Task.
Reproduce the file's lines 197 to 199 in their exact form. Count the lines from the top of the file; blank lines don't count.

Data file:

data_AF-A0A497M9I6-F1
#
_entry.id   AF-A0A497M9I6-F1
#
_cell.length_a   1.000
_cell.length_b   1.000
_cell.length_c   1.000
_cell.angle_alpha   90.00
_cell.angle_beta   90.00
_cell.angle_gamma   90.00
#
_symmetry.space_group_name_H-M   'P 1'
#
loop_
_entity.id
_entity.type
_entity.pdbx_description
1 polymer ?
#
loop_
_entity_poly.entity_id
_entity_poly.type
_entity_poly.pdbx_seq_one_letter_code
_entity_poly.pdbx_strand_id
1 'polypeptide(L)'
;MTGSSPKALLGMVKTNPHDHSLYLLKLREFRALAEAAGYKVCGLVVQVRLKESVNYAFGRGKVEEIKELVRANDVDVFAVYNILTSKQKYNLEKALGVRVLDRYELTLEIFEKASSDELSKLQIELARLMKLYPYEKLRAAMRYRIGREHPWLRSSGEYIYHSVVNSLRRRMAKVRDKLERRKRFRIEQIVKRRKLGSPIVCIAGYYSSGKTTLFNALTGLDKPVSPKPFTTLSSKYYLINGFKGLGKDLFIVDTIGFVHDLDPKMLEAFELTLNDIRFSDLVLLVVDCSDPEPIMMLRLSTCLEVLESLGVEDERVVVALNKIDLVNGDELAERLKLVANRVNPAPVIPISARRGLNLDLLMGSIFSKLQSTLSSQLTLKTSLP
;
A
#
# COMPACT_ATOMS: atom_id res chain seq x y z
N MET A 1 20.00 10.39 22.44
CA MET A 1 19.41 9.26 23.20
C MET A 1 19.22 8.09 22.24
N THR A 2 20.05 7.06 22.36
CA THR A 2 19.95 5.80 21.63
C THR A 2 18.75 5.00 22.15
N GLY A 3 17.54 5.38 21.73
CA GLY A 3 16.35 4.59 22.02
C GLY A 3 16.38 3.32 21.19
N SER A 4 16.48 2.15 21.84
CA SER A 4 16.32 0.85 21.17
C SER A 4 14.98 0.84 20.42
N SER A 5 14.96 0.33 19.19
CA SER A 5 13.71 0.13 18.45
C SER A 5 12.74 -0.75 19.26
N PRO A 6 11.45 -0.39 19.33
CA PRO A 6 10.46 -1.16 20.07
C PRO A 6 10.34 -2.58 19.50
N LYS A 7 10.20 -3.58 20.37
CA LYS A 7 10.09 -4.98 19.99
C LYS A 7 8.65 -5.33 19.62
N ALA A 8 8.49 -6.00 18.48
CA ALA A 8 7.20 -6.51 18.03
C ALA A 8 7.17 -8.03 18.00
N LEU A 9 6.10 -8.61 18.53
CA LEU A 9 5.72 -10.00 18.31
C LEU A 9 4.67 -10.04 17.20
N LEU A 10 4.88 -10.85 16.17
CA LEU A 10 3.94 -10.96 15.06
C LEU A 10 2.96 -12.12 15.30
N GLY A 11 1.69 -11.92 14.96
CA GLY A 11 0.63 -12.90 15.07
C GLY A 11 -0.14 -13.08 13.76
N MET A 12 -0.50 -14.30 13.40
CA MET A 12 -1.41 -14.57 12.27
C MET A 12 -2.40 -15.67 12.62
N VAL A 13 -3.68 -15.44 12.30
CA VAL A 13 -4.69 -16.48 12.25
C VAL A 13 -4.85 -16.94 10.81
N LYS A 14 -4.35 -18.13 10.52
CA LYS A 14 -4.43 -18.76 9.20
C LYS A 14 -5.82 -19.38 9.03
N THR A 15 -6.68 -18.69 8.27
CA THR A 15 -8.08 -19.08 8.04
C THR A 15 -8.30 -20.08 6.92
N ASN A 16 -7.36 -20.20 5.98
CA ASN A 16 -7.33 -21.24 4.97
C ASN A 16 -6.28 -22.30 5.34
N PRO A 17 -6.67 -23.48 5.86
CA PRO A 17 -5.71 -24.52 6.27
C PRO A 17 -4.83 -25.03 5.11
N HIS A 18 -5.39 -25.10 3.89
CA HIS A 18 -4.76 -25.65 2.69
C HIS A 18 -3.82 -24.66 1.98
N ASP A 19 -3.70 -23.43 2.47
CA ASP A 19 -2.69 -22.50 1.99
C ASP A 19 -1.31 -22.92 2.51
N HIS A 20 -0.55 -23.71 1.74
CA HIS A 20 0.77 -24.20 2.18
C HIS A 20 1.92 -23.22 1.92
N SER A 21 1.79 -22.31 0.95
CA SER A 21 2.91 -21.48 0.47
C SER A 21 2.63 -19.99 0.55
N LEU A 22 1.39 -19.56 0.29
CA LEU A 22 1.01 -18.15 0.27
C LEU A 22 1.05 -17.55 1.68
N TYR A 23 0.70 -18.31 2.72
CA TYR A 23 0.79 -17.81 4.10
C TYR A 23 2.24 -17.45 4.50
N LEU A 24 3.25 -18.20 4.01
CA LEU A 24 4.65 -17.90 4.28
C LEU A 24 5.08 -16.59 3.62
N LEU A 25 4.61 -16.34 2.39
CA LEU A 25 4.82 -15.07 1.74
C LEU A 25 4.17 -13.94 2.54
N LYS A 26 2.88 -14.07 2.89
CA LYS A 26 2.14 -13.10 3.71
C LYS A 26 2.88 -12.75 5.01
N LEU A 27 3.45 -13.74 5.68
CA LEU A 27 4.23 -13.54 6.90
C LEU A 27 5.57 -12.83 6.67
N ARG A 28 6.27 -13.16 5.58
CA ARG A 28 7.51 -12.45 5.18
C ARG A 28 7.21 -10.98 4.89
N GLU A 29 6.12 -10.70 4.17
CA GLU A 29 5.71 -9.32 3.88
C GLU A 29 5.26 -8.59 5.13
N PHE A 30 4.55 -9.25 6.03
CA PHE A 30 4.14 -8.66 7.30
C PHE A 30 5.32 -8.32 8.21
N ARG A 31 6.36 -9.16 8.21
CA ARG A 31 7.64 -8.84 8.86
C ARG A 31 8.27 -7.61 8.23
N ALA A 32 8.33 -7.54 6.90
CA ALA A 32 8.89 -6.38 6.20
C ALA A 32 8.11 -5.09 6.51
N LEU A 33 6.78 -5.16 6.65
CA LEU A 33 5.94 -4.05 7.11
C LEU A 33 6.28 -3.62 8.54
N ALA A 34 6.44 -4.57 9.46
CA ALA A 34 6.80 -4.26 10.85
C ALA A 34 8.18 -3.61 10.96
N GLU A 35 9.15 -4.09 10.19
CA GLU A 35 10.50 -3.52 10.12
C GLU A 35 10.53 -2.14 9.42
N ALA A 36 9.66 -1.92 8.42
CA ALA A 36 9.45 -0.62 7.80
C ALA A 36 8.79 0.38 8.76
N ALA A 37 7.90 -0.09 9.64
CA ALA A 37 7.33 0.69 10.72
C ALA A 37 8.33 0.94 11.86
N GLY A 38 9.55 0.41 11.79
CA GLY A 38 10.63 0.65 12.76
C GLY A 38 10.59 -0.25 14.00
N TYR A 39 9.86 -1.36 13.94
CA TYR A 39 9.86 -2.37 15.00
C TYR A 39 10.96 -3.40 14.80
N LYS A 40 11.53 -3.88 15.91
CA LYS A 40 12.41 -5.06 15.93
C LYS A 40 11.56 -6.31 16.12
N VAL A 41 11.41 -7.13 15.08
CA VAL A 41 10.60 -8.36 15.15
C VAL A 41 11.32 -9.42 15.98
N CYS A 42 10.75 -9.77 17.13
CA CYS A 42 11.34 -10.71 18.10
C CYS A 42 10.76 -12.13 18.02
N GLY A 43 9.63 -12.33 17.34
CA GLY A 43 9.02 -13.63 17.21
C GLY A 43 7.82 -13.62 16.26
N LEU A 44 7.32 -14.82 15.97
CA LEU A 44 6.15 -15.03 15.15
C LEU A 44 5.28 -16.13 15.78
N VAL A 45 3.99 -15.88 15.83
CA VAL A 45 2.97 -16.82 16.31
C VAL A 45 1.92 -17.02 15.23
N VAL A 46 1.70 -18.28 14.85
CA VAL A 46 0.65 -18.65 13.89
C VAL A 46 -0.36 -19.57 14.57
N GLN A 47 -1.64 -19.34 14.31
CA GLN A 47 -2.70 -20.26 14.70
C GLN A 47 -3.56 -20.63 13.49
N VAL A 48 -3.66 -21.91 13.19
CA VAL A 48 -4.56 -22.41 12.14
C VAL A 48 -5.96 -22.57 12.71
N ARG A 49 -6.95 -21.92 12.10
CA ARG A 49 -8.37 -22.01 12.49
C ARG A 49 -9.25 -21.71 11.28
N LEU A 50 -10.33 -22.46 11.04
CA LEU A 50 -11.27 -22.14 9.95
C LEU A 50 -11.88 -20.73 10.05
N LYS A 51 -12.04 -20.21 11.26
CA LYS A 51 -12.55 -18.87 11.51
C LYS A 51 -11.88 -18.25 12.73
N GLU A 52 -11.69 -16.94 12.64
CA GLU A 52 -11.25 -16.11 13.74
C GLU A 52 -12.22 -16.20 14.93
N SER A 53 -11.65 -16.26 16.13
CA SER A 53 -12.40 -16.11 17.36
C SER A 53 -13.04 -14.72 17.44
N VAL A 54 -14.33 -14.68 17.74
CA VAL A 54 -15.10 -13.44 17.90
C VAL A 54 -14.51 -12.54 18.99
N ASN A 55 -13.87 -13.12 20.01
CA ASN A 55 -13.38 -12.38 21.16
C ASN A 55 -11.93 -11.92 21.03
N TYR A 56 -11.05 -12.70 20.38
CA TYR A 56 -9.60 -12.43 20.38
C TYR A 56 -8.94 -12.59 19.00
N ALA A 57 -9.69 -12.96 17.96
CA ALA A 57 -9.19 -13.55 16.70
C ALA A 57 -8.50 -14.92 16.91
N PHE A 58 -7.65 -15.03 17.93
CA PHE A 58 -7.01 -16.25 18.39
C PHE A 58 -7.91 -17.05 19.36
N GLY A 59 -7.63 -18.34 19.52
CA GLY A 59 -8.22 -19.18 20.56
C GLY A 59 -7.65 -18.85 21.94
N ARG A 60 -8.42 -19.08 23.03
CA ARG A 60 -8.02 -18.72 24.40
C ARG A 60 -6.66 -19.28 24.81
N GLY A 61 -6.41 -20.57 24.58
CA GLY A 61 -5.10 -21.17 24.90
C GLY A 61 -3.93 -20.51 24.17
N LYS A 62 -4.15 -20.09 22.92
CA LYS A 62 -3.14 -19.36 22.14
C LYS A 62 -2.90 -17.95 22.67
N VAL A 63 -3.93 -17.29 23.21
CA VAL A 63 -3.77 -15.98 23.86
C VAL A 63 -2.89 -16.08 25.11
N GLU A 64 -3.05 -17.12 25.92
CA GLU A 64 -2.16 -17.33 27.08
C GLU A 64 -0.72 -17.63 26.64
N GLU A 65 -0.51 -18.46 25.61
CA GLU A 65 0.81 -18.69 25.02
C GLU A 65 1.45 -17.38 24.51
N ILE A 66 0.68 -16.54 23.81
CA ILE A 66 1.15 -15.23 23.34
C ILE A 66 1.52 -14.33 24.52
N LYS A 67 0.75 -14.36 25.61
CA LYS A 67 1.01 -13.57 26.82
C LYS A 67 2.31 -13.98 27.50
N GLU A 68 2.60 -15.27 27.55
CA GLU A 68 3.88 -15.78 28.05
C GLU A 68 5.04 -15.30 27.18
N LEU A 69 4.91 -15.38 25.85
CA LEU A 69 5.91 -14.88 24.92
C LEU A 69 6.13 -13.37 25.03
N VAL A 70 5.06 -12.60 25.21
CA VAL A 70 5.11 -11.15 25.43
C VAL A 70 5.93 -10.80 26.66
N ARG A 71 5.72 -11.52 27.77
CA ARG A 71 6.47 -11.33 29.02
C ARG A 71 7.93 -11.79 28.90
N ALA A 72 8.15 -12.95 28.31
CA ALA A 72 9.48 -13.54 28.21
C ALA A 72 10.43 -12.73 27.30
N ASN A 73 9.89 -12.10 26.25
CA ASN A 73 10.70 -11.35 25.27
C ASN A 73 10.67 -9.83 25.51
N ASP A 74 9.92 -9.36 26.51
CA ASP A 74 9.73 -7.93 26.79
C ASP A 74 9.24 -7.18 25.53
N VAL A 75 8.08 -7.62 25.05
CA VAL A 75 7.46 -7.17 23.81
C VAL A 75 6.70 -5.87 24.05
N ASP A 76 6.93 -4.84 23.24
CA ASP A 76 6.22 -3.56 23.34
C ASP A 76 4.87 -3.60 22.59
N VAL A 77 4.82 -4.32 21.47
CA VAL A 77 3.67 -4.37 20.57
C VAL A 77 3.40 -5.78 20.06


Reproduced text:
CA TYR A 56 -9.60 -12.43 20.38
C TYR A 56 -8.94 -12.59 19.00
N ALA A 57 -9.69 -12.96 17.96